A worker on strike in Cervera (Catalonia), locked down into the factory, kissed her partner through the gate
Life is full of photographs passing by. Only a tiny part can end up in the camera. The rest, they barely remain on the retina. In the end, one realizes there are more lost photos than captured. But I guess here lies the magic of photography, as if it was a hunt. In 2002, I hunted a kiss.
There are many kisses in the history of art. From the famous Rodin’s kiss, to those by Eduard Munch, Toulousse Lautrec, Gustav Klimt and, even, one from Picasso. And obviously in photojournalism there are also good samples, such as the popular (and controversial) kiss at Times Square, of a sailor who celebrated the end of World War II raiding a nurse. Or the fraternal kiss in 1979 between the socialist leaders Erich Honecker and Leonid Brezhnev during the commemoration of the 30th anniversary of the German Democratic Republic.
In 2002, I was so naive that I though I had captured a unique kiss. A fleeting instant that lasted one-tenth of a second between a grid that represented the fight against the economic system and labour precariousness. In short, it was a message of love against injustice. There was a worker from Lear, a company that employed more than a thousand workers in Cervera (Catalonia) and announced its undeniable closure. The company decided to transfer all the activity to Eastern Europe, where salaries are lower.
The worker in question, like the rest of her colleagues, had been closed into the factory premises to pressure the board and avoid a mass dismissal. Or, at least, to get a fair compensation.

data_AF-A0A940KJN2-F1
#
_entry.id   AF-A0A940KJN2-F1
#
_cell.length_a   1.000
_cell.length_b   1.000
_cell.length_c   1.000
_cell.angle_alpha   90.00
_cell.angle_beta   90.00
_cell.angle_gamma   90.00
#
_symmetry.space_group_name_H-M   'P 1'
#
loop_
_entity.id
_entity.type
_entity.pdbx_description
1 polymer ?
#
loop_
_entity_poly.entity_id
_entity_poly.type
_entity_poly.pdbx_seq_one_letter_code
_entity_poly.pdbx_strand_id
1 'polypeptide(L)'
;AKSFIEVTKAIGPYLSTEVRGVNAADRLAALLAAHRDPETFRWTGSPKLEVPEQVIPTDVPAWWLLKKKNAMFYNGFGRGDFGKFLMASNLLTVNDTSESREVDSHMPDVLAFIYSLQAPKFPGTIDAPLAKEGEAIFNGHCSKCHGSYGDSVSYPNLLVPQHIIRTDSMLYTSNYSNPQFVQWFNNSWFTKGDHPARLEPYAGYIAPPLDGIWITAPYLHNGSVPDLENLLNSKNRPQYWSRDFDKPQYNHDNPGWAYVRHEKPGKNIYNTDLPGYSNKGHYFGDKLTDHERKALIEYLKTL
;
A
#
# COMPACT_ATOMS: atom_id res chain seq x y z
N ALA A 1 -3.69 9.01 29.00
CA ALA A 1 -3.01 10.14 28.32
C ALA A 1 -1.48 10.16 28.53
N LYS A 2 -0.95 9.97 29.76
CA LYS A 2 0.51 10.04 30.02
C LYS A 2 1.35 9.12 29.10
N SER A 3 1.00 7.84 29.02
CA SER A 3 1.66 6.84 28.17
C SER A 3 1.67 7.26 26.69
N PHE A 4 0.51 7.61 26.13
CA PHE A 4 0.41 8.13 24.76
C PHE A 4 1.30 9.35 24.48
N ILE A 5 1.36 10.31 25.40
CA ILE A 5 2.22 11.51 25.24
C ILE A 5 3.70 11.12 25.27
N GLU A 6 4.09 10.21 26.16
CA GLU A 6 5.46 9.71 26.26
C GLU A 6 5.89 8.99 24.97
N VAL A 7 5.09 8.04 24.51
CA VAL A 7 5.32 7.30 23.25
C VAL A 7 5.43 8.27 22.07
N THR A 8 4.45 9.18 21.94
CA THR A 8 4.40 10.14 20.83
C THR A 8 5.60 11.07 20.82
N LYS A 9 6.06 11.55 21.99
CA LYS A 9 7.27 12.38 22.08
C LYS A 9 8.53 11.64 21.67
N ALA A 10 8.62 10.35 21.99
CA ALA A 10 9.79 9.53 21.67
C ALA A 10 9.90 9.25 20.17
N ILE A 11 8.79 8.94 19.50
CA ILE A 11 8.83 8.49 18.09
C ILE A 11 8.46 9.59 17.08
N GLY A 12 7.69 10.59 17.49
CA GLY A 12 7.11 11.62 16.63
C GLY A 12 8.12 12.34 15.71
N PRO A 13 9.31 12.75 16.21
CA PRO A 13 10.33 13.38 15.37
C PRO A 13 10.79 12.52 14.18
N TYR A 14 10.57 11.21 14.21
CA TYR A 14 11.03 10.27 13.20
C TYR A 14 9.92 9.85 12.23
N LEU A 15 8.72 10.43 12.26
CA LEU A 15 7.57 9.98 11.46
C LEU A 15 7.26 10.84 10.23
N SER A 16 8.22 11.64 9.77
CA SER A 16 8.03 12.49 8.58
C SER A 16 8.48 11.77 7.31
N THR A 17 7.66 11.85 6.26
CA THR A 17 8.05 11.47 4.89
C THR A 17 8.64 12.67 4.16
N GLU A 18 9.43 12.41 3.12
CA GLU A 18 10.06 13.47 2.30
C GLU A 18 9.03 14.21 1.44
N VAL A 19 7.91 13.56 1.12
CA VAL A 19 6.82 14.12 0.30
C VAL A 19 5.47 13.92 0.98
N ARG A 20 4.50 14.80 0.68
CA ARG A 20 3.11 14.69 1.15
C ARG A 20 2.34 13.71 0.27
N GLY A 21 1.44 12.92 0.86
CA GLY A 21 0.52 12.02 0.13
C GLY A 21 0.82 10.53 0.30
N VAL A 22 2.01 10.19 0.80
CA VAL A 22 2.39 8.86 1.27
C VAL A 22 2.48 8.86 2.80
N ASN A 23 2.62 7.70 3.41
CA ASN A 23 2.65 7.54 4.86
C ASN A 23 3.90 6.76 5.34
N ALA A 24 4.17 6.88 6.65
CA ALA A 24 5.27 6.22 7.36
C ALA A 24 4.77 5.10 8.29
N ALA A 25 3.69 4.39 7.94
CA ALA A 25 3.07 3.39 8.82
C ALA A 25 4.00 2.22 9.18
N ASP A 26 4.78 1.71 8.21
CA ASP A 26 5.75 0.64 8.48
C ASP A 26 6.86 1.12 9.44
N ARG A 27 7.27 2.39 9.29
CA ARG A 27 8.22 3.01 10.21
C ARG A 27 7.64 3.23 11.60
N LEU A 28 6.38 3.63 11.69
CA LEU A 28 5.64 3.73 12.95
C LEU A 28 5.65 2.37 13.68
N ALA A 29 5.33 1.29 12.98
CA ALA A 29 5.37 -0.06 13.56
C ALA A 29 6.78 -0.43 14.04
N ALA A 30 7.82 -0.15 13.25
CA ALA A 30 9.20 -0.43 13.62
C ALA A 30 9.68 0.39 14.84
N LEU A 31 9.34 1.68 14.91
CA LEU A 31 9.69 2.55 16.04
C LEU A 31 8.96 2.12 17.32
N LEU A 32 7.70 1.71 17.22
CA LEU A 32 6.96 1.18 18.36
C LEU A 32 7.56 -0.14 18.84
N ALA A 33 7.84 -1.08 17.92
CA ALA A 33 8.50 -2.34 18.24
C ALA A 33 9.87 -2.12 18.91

While the hours passed in that factory, a young mechanic appeared on the other side of the fence. He was the partner of that girl and came to greet her. In a few seconds, they looked at each other, they exchange few words and they ended up kissing lips. And I was with the camera ready at the right time and in the right place. As a photojournalist, I fully enjoyed capturing that moment. I hunted a great kiss.
But time after this personal satisfaction, I noticed that many years ago someone else had made a nearly identical picture. Two Jewish women kissed before being deported from a Nazi ghetto in Poland to the extermination camps. They also kissed through a grid, very similar to that one in Cervera. It happened in 1940 and the shot was taken by Mendel Grossman, another Jew, also among the deportees, who died five years later, exhausted and ill in another Nazi camp.
When realizing this similarity, I came to the conclusion that nowadays almost everything is done in photography. There is only room for variations. But almost nothing for discoveries. Everything is more than invented.